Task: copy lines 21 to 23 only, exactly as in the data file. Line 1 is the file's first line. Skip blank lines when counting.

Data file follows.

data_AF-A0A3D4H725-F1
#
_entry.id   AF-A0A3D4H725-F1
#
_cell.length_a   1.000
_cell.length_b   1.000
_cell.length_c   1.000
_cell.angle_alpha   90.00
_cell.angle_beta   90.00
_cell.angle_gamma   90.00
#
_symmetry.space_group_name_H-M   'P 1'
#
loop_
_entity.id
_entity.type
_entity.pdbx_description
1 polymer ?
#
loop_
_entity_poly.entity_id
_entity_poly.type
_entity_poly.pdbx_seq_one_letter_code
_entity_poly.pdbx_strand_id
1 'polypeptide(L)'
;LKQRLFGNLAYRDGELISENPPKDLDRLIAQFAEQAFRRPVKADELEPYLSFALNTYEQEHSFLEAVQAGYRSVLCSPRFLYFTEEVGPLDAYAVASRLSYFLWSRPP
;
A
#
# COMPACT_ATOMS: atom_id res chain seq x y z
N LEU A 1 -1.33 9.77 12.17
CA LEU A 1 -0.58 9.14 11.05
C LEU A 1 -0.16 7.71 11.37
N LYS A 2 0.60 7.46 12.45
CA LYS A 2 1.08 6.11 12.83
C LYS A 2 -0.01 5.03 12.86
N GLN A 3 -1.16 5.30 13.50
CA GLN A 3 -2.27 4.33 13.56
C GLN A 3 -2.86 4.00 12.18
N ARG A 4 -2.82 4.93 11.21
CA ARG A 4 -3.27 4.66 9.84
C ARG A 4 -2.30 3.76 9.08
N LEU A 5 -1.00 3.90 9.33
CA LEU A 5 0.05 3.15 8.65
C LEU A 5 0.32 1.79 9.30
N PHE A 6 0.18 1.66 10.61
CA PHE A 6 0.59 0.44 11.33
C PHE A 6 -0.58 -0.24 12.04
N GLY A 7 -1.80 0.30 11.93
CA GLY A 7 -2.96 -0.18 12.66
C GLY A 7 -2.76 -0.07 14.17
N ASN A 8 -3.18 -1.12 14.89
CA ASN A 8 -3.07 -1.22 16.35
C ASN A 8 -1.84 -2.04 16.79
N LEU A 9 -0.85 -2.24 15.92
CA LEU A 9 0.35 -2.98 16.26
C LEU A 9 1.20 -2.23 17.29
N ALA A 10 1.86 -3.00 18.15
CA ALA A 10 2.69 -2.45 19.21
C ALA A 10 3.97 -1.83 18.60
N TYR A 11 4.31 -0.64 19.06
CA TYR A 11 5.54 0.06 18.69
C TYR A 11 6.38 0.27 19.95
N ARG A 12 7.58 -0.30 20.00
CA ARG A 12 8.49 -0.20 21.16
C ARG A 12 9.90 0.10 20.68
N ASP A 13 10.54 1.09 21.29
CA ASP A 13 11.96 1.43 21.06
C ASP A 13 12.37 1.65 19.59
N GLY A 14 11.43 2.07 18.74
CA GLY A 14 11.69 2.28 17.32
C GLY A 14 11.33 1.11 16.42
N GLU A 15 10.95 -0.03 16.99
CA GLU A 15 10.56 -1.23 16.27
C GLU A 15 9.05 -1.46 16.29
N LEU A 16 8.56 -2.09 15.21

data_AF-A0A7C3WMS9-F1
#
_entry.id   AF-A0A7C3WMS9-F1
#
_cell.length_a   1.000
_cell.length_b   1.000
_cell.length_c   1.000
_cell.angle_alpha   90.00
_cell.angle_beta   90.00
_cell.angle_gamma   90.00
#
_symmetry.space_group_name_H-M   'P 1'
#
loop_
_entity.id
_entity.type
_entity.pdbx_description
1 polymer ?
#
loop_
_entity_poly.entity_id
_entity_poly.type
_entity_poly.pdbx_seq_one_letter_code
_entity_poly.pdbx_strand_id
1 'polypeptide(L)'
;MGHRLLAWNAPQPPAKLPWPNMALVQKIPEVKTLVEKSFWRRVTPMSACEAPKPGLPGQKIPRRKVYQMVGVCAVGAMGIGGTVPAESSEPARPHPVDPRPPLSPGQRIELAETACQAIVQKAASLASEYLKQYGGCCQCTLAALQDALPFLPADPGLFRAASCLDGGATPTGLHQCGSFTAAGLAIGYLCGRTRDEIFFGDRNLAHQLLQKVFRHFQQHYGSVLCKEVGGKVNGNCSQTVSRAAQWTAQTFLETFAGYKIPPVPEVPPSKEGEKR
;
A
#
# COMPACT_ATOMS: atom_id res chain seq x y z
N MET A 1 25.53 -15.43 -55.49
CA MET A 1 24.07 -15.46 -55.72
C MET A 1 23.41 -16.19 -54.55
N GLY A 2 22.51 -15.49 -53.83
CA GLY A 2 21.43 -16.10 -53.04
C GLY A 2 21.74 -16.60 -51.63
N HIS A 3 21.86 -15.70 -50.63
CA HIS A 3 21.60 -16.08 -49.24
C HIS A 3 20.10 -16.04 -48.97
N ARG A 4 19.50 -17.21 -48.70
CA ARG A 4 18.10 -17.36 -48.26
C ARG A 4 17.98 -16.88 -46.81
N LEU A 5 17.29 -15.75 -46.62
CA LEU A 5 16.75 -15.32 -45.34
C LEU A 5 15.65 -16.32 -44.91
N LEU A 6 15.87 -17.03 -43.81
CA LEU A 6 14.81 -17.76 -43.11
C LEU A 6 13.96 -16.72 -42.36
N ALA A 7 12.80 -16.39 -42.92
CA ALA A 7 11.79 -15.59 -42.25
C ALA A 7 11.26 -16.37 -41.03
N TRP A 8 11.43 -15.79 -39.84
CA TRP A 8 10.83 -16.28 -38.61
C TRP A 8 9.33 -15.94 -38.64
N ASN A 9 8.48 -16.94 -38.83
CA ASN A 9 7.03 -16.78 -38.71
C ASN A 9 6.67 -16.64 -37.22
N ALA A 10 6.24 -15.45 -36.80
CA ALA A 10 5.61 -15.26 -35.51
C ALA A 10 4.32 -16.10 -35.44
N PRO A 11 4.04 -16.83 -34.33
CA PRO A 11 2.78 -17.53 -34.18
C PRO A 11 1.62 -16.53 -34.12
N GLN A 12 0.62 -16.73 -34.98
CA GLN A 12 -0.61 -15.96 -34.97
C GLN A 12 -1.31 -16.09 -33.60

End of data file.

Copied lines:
_entity_poly.entity_id
_entity_poly.type
_entity_poly.pdbx_seq_one_letter_code